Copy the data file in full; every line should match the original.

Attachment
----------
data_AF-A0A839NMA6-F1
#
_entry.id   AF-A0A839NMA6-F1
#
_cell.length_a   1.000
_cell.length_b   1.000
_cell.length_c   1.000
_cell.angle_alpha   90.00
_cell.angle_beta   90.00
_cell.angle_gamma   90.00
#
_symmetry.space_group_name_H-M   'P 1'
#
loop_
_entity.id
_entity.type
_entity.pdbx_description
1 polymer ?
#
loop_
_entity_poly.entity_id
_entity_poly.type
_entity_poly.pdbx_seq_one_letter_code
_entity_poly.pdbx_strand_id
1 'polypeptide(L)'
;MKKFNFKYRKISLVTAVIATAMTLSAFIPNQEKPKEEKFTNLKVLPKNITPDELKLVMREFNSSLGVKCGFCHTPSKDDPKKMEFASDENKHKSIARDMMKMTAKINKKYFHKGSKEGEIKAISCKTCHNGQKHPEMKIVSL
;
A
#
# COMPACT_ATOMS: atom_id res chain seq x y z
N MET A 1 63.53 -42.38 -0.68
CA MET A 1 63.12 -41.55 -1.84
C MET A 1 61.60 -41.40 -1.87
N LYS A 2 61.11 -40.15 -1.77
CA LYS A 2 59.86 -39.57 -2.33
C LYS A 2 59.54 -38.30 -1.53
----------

data_AF-A0A839NMA6-F1
#
_entry.id   AF-A0A839NMA6-F1
#
_cell.length_a   1.000
_cell.length_b   1.000
_cell.length_c   1.000
_cell.angle_alpha   90.00
_cell.angle_beta   90.00
_cell.angle_gamma   90.00
#
_symmetry.space_group_name_H-M   'P 1'
#
loop_
_entity.id
_entity.type
_entity.pdbx_description
1 polymer ?
#
loop_
_entity_poly.entity_id
_entity_poly.type
_entity_poly.pdbx_seq_one_letter_code
_entity_poly.pdbx_strand_id
1 'polypeptide(L)'
;MKKFNFKYRKISLVTAVIATAMTLSAFIPNQEKPKEEKFTNLKVLPKNITPDELKLVMREFNSSLGVKCGFCHTPSKDDPKKMEFASDENKHKSIARDMMKMTAKINKKYFHKGSKEGEIKAISCKTCHNGQKHPEMKIVSL
;
A
#
# COMPACT_ATOMS: atom_id res chain seq x y z
N MET A 1 63.53 -42.38 -0.68
CA MET A 1 63.12 -41.55 -1.84
C MET A 1 61.60 -41.40 -1.87
N LYS A 2 61.11 -40.15 -1.77
CA LYS A 2 59.86 -39.57 -2.33
C LYS A 2 59.54 -38.30 -1.53